Notably, the implementation of wind power projects shows that the “localization” part is small. Vietnamese contractors mainly undertake work with low added value. Before the money flows into the pockets of Vietnamese investors, foreign equipment suppliers have earned enough.
Gap between planning and implementation
The pressure on wind power investors is expected to last longer because, even if they start their projects before October 31, 2021, there is no guarantee that these projects will generate at full capacity. The problems for solar power projects seem to be the same for wind power generators. These problems include lack of a distribution grid and overloaded and oversupply of power at certain points in time.
The Vietnam Electricity Group (EVN) has asked its subsidiaries to closely follow the progress of wind power projects to develop parallel transmission lines. But there are issues beyond the control of EVN – for example, site clearance to build transmission lines and transformer stations.
Previously, during the golden age of wind power development, while central agencies were busy with expanding wind power development planning, local governments were busy licensing new projects. Consequently, the development of the transmission grid has not kept up with the expansion of wind power supply. The lessons learned from the development of solar power in Vietnam have not been taken seriously.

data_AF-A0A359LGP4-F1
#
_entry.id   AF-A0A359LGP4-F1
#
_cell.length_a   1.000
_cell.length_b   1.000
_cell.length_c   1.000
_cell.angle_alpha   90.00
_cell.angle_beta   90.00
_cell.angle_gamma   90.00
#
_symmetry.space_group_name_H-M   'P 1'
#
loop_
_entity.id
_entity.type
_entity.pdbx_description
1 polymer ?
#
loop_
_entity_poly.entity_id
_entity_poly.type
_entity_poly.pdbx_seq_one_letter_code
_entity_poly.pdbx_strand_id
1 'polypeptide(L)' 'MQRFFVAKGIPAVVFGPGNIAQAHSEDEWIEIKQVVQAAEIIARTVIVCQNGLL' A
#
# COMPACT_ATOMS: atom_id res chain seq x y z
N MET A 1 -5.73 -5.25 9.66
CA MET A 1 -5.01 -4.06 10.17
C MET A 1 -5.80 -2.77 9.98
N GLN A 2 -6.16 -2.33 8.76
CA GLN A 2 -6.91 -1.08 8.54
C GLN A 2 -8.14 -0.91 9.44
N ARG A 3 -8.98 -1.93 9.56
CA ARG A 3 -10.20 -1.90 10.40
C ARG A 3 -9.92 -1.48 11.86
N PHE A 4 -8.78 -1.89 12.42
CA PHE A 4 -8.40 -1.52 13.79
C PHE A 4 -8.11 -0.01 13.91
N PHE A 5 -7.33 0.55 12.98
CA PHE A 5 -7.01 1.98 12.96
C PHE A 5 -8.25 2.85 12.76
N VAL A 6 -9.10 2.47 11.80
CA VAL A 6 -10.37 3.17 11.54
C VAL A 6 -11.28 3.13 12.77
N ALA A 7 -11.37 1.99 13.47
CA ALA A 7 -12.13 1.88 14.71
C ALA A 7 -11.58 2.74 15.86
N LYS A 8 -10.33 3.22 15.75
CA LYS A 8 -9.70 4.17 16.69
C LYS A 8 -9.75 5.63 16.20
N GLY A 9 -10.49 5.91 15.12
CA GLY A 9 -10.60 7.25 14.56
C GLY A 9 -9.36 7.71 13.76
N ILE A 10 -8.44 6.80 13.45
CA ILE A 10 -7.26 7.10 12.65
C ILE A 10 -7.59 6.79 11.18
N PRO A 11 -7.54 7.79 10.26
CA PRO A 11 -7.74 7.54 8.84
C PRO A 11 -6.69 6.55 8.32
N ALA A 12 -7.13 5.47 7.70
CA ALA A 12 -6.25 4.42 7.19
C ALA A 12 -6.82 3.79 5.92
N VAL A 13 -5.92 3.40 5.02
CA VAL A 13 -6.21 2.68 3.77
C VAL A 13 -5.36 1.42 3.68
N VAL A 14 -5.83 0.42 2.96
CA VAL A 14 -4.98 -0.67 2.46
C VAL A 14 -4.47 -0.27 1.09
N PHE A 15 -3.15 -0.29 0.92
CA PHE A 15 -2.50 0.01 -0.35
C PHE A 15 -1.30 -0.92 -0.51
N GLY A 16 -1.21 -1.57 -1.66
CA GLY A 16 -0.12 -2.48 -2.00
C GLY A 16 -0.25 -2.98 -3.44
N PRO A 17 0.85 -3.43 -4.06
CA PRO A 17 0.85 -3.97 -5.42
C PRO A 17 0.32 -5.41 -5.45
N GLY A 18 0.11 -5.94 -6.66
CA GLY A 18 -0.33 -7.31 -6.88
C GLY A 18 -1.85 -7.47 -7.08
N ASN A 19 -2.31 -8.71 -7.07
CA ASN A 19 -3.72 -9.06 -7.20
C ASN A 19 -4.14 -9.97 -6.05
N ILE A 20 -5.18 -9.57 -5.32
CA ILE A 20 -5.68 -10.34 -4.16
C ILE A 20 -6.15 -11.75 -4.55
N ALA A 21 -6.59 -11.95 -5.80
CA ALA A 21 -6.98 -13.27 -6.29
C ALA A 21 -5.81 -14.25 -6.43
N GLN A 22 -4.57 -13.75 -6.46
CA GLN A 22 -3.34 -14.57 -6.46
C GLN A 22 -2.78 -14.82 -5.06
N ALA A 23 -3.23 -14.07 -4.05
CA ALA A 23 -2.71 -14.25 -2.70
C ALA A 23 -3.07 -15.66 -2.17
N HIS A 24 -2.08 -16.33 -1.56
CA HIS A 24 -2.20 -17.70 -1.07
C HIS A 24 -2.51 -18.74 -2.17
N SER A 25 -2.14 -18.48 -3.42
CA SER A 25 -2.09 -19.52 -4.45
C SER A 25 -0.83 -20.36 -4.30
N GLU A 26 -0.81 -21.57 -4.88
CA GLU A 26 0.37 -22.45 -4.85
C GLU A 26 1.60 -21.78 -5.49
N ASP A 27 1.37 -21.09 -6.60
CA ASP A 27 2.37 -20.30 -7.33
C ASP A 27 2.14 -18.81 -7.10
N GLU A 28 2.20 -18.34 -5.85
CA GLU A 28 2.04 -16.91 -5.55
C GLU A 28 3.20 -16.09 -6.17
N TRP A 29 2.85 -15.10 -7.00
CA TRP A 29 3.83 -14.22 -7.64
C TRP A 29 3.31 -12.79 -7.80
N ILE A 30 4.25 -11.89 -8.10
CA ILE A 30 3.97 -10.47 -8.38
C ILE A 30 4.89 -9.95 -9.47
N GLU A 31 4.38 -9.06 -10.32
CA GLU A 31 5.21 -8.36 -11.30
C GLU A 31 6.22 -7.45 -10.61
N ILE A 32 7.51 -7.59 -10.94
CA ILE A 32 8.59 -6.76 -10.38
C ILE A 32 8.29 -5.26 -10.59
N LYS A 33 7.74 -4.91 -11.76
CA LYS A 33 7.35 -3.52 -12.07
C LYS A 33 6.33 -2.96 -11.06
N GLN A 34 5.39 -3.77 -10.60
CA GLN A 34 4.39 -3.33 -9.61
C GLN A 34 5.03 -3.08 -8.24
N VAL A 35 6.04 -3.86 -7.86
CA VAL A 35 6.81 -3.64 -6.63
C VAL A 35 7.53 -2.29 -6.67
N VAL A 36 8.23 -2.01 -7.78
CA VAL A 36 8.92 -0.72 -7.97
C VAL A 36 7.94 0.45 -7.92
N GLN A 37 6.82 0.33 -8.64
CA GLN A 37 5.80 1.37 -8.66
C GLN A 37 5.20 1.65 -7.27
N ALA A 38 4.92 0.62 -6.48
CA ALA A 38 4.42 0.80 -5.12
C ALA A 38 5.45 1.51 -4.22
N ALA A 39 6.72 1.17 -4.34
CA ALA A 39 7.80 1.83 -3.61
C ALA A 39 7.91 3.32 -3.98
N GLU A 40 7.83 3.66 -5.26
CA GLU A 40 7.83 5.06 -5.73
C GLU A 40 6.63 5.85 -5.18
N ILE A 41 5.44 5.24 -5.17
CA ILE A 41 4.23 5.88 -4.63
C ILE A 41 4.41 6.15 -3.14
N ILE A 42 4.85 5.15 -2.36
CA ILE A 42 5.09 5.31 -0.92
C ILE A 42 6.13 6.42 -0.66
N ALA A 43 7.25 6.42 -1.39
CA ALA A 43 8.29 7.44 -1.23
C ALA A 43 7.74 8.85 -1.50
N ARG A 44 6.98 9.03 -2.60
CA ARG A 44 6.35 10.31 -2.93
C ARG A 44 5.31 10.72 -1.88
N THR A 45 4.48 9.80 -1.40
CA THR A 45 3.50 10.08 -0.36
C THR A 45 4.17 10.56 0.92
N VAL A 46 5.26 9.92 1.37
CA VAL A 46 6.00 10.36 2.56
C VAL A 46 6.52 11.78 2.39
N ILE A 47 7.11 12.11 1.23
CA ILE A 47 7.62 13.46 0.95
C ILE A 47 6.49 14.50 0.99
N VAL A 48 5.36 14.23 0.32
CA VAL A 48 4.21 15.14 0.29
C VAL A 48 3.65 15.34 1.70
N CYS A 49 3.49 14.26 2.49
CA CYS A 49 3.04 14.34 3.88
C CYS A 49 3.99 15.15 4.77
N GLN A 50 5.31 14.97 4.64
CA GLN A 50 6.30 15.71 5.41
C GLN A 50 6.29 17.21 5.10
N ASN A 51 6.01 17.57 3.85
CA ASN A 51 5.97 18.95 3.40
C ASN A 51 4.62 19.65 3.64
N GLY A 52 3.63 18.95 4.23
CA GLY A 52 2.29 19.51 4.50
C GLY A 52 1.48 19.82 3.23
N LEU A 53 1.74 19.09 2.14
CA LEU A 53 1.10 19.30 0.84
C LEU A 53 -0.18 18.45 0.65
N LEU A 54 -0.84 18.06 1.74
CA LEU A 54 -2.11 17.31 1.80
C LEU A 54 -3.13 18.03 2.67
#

The risks of solar power and now wind power prove the need to review the task of making plans and the implementation of these plans in Vietnam.
In just a short time of only one to two years, many new wind power projects were licenced. As a result, on April 5, EVN released information that hit wind power investors hard: reducing the generation of renewable energy to ensure safe operation of the power system.
“The fever” of solar power has passed, leaving investors with many lessons and losses, and now the nightmare is likely to be repeated for wind power investors.
Is interbank rate climb worrisome?
Interest rates are the most important focus of attention this year as many believe after a year implementing the loose monetary policy, the authorities concerned are going to tighten them.
Will the recent surge in interest rates on the interbank money market (Market 2) exert adverse effects on the market between banks and their corporate and individual clients (Market 1)?
|When it comes to capital inflows, banks have considerably built up their charter capital in recent years and set out plans for drastic capital hike this year. – SGT Photo: Tran Ngoc Linh|
Interest rates on the Interbank market, the channel allowing banks to lend and borrow money among them, suddenly surged in late April. More precisely, the overnight rate climbed to 1.2% per annum, the highest during this past year. Such a level is also nearly three times higher than in the preceding week, 4.5 times higher than in the beginning of the month and 100 basis points higher than in early this year.